Super User is a question and answer site for computer enthusiasts and power users. Join them; it only takes a minute:

Sign up
Here's how it works:
  1. Anybody can ask a question
  2. Anybody can answer
  3. The best answers are voted up and rise to the top

I'm running Ubuntu 12.04, and I am having a major problem. Two separate times today, one of my open gnome-terminal sessions locked up and printed the error

pipe: too many open files

I realize that is likely related to my user limit shown with ulimit -n which, by the way, is 1024. The problem is that once this happens, I can force quit the offending terminal, but then I cannot open anything that will generate a new PID. For example, I can't use xkill to kill anything, I cannot open another terminal to look at top, I cannot run shutdown, I cannot drop to a console only and login. Clicking on any link that should open an X window yields a new window that says:

There was an error launching the application.
Details: Failed to fork (Cannot allocate memory)

This is the same error I get when I try to login after pressing Ctrl+Alt+F1. Because I get completely stuck at this point, I am forced to hardboot my machine. This is making it extremely difficult to debug.

Is there anything I can do to recover once this error is encountered? How should I go about tracking down the error?

As a final note, I have not been running a ridiculous number of things: two terminals, one with a byobu session with 2 tabs, one with a python session; a single instance of emacs, a single google chrome, and several ROS (robot operating system) nodes.


Pressing Ctrl+Alt+Backspace to restart my display manager just allowed me to log back in, and start opening a terminal. Using ps revealed that there were still many processes running that had been running with the lockup happened. At the very least, this allows me to reboot my machine from software. How should I proceed to determine what is causing this problem?


I just opened two terminals that I just set aside, and waited for the crash to happen. Once it happened, I was able to capture a screenshot from the output of top. Don't know if the output will be particularly useful, but I have attached it. The only thing I noticed that was particularly odd was that there were 5 zombie processes.enter image description here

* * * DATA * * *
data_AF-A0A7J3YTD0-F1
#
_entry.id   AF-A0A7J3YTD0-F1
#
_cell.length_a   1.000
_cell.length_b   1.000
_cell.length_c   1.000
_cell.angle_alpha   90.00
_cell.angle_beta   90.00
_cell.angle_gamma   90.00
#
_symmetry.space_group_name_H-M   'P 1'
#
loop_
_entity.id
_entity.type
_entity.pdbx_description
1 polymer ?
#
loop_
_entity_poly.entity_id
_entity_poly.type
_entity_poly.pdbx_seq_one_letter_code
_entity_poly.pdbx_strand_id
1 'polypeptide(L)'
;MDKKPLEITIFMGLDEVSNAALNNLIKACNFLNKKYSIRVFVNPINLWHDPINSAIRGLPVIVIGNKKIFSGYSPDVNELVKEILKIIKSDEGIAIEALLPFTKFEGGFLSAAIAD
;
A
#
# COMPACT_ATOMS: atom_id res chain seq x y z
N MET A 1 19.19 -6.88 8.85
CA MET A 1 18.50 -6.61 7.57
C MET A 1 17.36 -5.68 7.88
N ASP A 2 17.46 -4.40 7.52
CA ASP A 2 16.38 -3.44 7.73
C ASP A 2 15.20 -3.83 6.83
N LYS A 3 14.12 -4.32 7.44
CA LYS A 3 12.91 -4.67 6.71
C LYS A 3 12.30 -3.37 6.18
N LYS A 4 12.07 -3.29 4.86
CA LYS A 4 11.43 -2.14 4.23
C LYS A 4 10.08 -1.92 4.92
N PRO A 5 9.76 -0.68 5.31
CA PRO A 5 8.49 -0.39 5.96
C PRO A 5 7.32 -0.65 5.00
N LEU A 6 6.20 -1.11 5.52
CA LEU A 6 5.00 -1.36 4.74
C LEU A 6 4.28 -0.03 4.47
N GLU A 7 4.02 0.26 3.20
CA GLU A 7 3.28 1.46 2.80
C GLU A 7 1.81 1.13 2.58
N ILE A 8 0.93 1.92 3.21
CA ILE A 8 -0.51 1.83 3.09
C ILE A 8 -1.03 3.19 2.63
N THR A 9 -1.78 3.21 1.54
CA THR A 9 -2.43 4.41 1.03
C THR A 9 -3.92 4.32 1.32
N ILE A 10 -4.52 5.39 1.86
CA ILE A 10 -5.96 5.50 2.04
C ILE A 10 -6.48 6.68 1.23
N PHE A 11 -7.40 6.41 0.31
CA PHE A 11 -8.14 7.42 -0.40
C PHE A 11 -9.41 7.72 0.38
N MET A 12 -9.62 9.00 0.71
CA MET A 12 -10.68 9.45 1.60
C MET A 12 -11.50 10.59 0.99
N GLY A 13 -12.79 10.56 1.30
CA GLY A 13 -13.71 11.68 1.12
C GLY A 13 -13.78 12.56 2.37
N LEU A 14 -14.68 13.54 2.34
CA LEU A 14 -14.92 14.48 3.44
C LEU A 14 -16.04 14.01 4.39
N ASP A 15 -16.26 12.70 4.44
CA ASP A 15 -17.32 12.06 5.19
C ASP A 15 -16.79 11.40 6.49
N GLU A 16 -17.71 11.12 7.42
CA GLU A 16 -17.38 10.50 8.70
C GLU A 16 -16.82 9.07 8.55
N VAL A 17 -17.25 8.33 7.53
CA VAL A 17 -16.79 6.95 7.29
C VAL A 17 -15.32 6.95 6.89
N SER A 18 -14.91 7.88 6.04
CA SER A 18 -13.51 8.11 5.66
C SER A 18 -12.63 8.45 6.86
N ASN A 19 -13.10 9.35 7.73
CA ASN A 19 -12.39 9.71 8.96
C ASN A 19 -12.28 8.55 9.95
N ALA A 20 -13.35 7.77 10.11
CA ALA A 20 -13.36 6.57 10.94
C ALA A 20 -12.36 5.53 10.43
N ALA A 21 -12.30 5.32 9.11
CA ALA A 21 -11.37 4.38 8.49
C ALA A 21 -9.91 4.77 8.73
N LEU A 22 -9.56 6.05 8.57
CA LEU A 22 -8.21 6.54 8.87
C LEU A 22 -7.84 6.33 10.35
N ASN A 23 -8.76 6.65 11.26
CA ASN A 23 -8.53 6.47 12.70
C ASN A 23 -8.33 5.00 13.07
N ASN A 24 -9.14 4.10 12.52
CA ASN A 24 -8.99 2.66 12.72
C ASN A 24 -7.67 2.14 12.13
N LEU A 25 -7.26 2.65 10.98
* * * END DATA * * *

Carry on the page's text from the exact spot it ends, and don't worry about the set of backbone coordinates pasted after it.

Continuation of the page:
share|improve this question
And increasing your ulimit did what, exactly? – user3463 Sep 6 '12 at 22:26
I never increased my ulimit, it was set at 1024 by default. – jarvisschultz Sep 6 '12 at 22:28
Can you start a top running in another window before the problem occurs, and then go to it and see what it says? Have you tried increasing your ulimit after the problem occurs (it doesn't fork a new process)? – Scott Sep 6 '12 at 22:32
Yes, what happened when you increased it past the default ... ? – user3463 Sep 7 '12 at 2:35
I did not increase it past the default. – jarvisschultz Sep 7 '12 at 17:00
up vote 2 down vote accepted

It would appear you have a resource leak somewhere. You can run 'lsof' to get a list of all open files (obviously at some point before your system is starved). Compare the list to active pids and you'll (maybe) find the culprit.

I'd also suggest changing the open file limit in /etc/security/limits.conf (or maybe somewhere else? I've not followed Ubuntu for a while and there seems to be some speculation that limits.conf isn't loaded by default). If you really do have a resource leak, that will only prolong the problem. Look for a leak first.

share|improve this answer
This did indeed seem to be the case. After running top in one terminal while very carefully starting up the same processes that caused the crash to happen, I was able to see a process with a definite memory leak. I'm still not sure why I was getting the too many files warning i.e. I'm not sure how it was spawning many child processes. However, fixing the leak appears to have solved the problem. Thanks for the help! – jarvisschultz Sep 7 '12 at 23:18

The too many open files message is probably process specific, not a system-wide problem. The "cannot allocate memory" could be process specific, but is probably system-wide.

As cydonian.monk pointed out, there is a resource leak of some kind. The most likely culprit is a runaway or misbehaving process that is either spawning children repeatedly, or has a bug or memory leak that is causing it to repeated open files and/or allocate memory to the point that the system is becoming memory starved.

I would focus on what you were doing in the one gnome terminal window that first got the too many files open message. Determine what was running from/in that window and focus on its behavior. Running ps is cron every few minutes or running top -b and saving the output to a file may give you a glimpse into what was going on when the next crash happens.

The top output you provided looks like a normally running system.

share|improve this answer

You must log in to answer this question.

Not the answer you're looking for? Browse other questions tagged .